Adult care home CONs provide one bright spot in the 2015 SMFP. The 2015 SMFP allocated 340 beds to Brunswick County. Applications for this allocation are due August 17, 2015. Providers should be mindful that they can apply for all or part of the 340 available beds. This allocation provides a good opportunity for adult care home providers to grow in a part of the state that is seeing an increased number of retirees.
On the home care and hospice front, the 2015 SMFP has no allocation for additional home health offices. However, the SMFP allocates one CON for a hospice home care Medicare-certified office in Cumberland County. Applications for the Cumberland County hospice home care CON are due June 15, 2015. Read More
After Governor Haley vetoed funding for the Certificate of Need (CON) program, the Department of Health and Environmental Control stopped administering the program, resulting in months of confusion in the regulated community. In April of this year, the S.C. Supreme Court ruled that the Department is statutorily obligated to administer the program regardless of the Governor’s veto, and now the CON program is back up and running.
Efforts at CON reform continue in the S.C. House of Representatives, and on November 13, 2014, the Department presented proposed revisions to the CON regulations to the Department Board. In addition to reducing the length of the regulations by removing language duplicated from the CON statutes, the revisions potentially would limit the scope and effectiveness of the CON program itself. Several changes of significance have some providers questioning whether the Department is attempting to accomplish through regulation what could not be accomplished through eliminating the program’s funding.
For example, the revisions significantly raise the monetary threshold for projects to trigger the requirement to obtain a CON to $50 million for a capital expenditure and to $10 million for medical equipment. These much higher limits mean that very few, if any, capital projects that are not services referenced in the State Health Plan and equipment projects would require CONs. Certain providers would welcome these changes, while others, especially rural facilities that rely on ancillary service reimbursements to fund operations, will not. The new regulations would also create an online CON application.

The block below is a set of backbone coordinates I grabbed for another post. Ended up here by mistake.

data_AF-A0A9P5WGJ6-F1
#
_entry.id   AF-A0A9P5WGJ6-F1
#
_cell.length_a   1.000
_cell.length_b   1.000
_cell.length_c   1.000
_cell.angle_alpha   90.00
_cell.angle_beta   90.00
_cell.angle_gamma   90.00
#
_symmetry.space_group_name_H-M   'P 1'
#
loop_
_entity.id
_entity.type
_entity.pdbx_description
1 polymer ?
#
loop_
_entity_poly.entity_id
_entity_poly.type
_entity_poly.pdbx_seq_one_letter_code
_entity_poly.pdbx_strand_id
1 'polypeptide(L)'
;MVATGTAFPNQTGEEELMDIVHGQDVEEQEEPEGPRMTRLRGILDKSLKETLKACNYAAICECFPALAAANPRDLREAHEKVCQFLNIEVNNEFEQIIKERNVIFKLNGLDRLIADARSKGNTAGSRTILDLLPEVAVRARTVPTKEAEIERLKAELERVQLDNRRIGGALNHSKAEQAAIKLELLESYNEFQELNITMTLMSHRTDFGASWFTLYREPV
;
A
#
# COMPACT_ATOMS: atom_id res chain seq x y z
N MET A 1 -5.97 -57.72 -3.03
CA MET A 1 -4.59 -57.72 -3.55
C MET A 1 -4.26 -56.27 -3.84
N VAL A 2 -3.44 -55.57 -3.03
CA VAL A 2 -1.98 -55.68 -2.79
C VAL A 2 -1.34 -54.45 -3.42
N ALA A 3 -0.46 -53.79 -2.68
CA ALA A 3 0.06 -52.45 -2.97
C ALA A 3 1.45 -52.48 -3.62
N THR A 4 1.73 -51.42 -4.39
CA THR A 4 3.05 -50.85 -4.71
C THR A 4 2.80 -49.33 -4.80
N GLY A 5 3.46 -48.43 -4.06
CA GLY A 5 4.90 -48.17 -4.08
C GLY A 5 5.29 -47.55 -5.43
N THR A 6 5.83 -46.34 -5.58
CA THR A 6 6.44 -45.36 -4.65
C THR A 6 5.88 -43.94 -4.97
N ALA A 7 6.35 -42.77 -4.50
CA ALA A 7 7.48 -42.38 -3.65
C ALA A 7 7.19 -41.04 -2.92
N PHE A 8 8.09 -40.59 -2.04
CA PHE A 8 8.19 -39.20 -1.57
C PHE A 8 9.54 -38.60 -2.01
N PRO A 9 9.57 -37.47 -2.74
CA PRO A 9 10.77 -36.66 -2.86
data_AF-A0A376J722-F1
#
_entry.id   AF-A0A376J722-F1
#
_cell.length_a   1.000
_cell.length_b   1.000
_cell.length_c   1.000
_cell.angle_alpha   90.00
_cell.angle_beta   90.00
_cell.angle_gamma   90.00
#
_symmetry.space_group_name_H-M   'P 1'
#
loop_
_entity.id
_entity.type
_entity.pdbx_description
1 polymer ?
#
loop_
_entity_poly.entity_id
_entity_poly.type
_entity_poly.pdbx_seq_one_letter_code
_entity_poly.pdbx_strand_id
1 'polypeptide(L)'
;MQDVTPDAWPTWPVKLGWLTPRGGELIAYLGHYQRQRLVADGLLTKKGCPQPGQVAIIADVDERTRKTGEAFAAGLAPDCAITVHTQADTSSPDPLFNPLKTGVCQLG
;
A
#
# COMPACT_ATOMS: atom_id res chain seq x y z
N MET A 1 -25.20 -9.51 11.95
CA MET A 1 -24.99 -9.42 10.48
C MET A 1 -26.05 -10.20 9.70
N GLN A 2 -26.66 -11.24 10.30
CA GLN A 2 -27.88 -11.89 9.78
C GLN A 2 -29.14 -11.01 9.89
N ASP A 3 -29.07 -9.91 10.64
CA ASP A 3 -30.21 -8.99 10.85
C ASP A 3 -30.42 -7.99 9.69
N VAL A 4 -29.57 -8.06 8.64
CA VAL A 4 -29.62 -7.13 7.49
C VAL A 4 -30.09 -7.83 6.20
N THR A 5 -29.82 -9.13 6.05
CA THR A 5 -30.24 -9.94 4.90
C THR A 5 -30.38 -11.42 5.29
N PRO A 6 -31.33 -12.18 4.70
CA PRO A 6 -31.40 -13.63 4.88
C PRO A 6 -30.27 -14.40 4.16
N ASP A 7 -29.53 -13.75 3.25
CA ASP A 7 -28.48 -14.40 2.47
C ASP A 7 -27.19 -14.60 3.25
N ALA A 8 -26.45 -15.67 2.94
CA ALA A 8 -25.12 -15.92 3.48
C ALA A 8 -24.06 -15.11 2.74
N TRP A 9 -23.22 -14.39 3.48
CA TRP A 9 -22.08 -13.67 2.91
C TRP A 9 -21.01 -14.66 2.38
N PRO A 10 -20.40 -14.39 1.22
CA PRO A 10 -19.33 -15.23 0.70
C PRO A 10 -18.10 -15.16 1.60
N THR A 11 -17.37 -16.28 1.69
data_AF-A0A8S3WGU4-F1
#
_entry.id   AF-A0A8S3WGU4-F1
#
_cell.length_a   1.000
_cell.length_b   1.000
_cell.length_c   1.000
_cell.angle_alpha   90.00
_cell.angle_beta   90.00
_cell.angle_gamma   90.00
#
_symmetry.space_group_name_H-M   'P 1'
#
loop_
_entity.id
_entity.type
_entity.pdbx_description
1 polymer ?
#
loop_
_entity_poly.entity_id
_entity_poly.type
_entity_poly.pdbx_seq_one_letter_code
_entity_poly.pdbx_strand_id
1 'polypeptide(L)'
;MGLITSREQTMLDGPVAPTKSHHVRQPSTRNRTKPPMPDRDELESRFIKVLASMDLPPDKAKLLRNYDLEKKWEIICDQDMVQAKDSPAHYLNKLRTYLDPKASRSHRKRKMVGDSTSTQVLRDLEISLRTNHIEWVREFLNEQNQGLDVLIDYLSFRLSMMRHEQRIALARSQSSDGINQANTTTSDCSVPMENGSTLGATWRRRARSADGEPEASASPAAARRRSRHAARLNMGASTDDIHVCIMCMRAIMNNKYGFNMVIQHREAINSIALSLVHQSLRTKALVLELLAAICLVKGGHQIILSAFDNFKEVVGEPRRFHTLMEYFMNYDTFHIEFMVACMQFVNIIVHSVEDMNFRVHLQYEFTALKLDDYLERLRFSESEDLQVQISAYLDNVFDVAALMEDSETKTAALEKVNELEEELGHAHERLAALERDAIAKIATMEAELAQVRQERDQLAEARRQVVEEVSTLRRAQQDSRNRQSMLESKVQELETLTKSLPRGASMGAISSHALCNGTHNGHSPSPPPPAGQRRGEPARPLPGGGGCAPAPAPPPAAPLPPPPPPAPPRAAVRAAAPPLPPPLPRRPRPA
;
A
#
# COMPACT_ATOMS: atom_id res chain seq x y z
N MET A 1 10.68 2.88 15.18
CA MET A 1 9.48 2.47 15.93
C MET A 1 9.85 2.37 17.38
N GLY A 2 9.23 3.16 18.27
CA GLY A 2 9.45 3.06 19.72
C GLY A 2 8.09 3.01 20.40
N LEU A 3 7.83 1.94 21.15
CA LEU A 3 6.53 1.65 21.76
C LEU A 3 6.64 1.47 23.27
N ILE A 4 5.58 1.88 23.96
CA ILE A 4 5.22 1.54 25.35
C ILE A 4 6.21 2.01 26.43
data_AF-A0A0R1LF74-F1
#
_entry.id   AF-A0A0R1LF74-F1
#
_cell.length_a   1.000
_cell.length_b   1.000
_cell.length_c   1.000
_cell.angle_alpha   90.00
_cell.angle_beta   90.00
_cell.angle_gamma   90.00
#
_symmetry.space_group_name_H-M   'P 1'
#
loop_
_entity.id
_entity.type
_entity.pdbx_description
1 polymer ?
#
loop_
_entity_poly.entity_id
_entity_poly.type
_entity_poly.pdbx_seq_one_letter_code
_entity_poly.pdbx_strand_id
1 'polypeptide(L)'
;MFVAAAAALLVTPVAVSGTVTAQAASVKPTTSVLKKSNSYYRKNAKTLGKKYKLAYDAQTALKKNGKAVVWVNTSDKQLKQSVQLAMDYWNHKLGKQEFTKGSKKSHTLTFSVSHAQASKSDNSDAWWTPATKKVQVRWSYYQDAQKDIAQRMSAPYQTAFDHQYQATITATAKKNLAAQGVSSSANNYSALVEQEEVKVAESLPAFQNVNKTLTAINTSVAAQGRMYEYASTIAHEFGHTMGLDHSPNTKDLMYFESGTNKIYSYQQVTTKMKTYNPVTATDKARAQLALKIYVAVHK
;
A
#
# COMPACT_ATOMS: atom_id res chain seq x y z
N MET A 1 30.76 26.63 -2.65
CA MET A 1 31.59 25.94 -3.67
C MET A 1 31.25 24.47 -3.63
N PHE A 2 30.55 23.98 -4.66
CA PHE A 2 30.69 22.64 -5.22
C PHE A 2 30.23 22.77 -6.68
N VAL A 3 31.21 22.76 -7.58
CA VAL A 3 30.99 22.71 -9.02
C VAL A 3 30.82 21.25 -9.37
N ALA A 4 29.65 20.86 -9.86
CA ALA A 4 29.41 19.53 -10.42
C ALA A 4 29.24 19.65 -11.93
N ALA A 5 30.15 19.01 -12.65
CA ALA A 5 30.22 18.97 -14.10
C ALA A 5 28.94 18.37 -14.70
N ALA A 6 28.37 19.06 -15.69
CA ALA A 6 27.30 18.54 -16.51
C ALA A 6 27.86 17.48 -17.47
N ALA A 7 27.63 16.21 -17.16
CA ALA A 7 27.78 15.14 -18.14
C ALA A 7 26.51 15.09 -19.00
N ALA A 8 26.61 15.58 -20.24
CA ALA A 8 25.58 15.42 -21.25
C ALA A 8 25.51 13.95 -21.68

On November 14, the day after the Board meeting, the Department issued an emergency regulation to create the online application process. The new, online application is different from the previous application and requires less information about proposed projects. For example, in the previous application format, an applicant would have to demonstrate that the project was needed, that it improved accessibility, and that it did not unnecessarily duplicate existing services or facilities. In the new application format, an applicant need only affirm that its project meets these, and other, criteria. This new approach raises the question of how the Department will be able to conduct an analysis of proposed projects to determine if they meet the necessary criteria and standards, in addition to how the Department will evaluate competing applications. The online application conforms to the existing regulations as to applicability and does not incorporate the proposed revisions.
At the November 13 Board meeting, the Board granted initial approval to publish the proposed revisions in the State Register and provide for a period of public comment.